PANAJI: Archbishop of Goa and Daman Father Filipe Neri Ferrao has said that Constitution was in danger and many people are living in an atmosphere of insecurity.
In a letter addressed to Christians, he said the constitution should be understood better as general elections are drawing closer.
The archbishop also said that human rights are under attack and democracy appears to be in peril.
The letter, issued in the beginning of Pastoral Year that lasts from June 1 to May 31, is addressed to Christians in the Archdiocese of Goa and Daman.
"Today, our Constitution is in danger (and that is) the reason why most of the people are living in insecurity," the archbishop said.
"In this context, particularly as the general elections are fast approaching, we must strive to know our constitution better and work harder to protect it," the letter stated.
The archbishop said that "in recent times, we see a new trend emerging in our country, which demands uniformity in what and how we eat, dress, live and even worship: a kind of mono-culturalism."
"Human rights are under attack and democracy appears to be in peril," Ferrao said, adding that "various minorities fear for their safety. In short, respect for law is frankly on the decline in this country."
He said that people were being uprooted from their land and homes in the name of development and quoted Pope Francis who said that "the first victim of development is the poor person".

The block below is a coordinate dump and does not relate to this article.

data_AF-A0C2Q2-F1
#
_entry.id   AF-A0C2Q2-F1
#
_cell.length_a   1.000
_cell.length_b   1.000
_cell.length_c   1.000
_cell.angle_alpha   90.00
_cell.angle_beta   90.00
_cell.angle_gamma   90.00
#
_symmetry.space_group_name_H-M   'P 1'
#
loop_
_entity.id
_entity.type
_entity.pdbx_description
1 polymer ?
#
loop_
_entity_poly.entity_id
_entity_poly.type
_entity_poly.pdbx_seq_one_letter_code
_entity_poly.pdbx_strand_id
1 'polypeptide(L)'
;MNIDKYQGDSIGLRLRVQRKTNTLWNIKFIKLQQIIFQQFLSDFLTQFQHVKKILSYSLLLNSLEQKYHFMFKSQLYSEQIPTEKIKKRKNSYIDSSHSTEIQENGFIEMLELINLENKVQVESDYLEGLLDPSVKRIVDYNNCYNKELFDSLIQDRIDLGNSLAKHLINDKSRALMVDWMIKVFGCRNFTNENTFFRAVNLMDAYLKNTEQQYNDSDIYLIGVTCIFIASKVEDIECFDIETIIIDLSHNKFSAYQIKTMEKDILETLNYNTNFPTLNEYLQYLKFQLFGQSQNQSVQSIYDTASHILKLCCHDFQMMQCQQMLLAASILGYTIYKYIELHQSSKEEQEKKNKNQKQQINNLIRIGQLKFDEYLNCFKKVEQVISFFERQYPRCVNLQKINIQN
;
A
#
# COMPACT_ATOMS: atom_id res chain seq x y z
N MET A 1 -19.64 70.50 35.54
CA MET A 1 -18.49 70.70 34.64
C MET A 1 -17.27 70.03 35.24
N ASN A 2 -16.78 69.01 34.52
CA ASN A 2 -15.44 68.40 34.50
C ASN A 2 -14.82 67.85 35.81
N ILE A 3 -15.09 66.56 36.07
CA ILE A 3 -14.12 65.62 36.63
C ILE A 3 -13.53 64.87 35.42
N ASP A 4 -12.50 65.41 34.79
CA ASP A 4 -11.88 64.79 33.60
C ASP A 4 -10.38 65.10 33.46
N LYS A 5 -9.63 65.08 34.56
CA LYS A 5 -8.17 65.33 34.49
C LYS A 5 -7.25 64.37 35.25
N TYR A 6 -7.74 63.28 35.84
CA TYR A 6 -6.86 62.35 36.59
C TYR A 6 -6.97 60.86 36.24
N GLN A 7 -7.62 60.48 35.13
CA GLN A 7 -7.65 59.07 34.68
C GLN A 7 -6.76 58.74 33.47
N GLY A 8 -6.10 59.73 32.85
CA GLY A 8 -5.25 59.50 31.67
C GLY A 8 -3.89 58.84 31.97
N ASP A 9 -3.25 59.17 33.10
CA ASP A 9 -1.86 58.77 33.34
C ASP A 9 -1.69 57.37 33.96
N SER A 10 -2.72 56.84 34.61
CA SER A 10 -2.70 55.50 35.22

"It is easier to trample upon the rights of the poor, because those who will raise their voice for them are very few," he added.
The archbishop called for the participation of Catholics and Church communities in politics and social causes.
"Our parishes and small Christian communities ought to be immersed in this mission of the Church. They should be open to the problems of the world. This social concern should not only remain within the confines of the parish community but should reach out to the whole state and country at large," Ferrao said in the letter.
He said that it was advisable that the faithful play an active role in the political field.
They should, however, follow the dictates of their conscience while doing so and shun "sycophantic" politics, he added.
"They should thus strengthen democracy and, on the other hand, help to improve the functioning of the state administration," he said.
The archbishop also expressed concern about malnutrition among children in the country.
"According to global multi dimensional poverty index, 30 per cent of the global population of children living in poverty reside in India," he said.
"Why India is struck by extreme poverty? 73 per cent of our countrys resources are controlled by 10 per cent of the population.
The existing extreme poverty is therefore the result of rampant social injustice prevailing in the country," the archbishop said.
Notably, Delhi archbishop Anil Couto had last month stated in a letter that a "turbulent political atmosphere" posed a threat to India's democratic principles and secular fabric.
In his letter to all parish priests and religious institutions in Delhi archdiocese, Couto had also appealed to the followers of his faith to launch a "prayer campaign" ahead of the 2019 general elections.